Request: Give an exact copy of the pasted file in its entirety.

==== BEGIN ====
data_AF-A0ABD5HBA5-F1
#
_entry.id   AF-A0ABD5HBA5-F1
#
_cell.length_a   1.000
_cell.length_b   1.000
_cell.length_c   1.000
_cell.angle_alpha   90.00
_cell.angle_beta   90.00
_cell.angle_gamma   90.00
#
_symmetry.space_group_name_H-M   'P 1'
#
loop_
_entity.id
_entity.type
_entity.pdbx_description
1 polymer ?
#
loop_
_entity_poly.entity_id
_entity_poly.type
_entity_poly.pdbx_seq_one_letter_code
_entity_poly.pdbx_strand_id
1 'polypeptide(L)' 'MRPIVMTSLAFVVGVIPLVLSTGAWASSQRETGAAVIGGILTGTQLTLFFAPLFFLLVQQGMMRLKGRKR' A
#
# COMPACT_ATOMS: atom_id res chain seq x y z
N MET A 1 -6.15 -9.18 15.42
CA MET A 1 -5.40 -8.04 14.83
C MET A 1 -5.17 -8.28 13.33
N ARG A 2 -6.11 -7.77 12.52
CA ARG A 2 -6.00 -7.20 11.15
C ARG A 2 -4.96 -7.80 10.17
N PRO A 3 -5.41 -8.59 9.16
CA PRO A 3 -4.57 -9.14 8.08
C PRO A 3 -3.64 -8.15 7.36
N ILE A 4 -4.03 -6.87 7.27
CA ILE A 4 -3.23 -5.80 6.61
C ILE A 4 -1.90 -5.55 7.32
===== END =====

data_AF-A0ABD5HBA5-F1
#
_entry.id   AF-A0ABD5HBA5-F1
#
_cell.length_a   1.000
_cell.length_b   1.000
_cell.length_c   1.000
_cell.angle_alpha   90.00
_cell.angle_beta   90.00
_cell.angle_gamma   90.00
#
_symmetry.space_group_name_H-M   'P 1'
#
loop_
_entity.id
_entity.type
_entity.pdbx_description
1 polymer ?
#
loop_
_entity_poly.entity_id
_entity_poly.type
_entity_poly.pdbx_seq_one_letter_code
_entity_poly.pdbx_strand_id
1 'polypeptide(L)' 'MRPIVMTSLAFVVGVIPLVLSTGAWASSQRETGAAVIGGILTGTQLTLFFAPLFFLLVQQGMMRLKGRKR' A
#
# COMPACT_ATOMS: atom_id res chain seq x y z
N MET A 1 -6.15 -9.18 15.42
CA MET A 1 -5.40 -8.04 14.83
C MET A 1 -5.17 -8.28 13.33
N ARG A 2 -6.11 -7.77 12.52
CA ARG A 2 -6.00 -7.20 11.15
C ARG A 2 -4.96 -7.80 10.17
N PRO A 3 -5.41 -8.59 9.16
CA PRO A 3 -4.57 -9.14 8.08
C PRO A 3 -3.64 -8.15 7.36
N ILE A 4 -4.03 -6.87 7.27
CA ILE A 4 -3.23 -5.80 6.61
C ILE A 4 -1.90 -5.55 7.32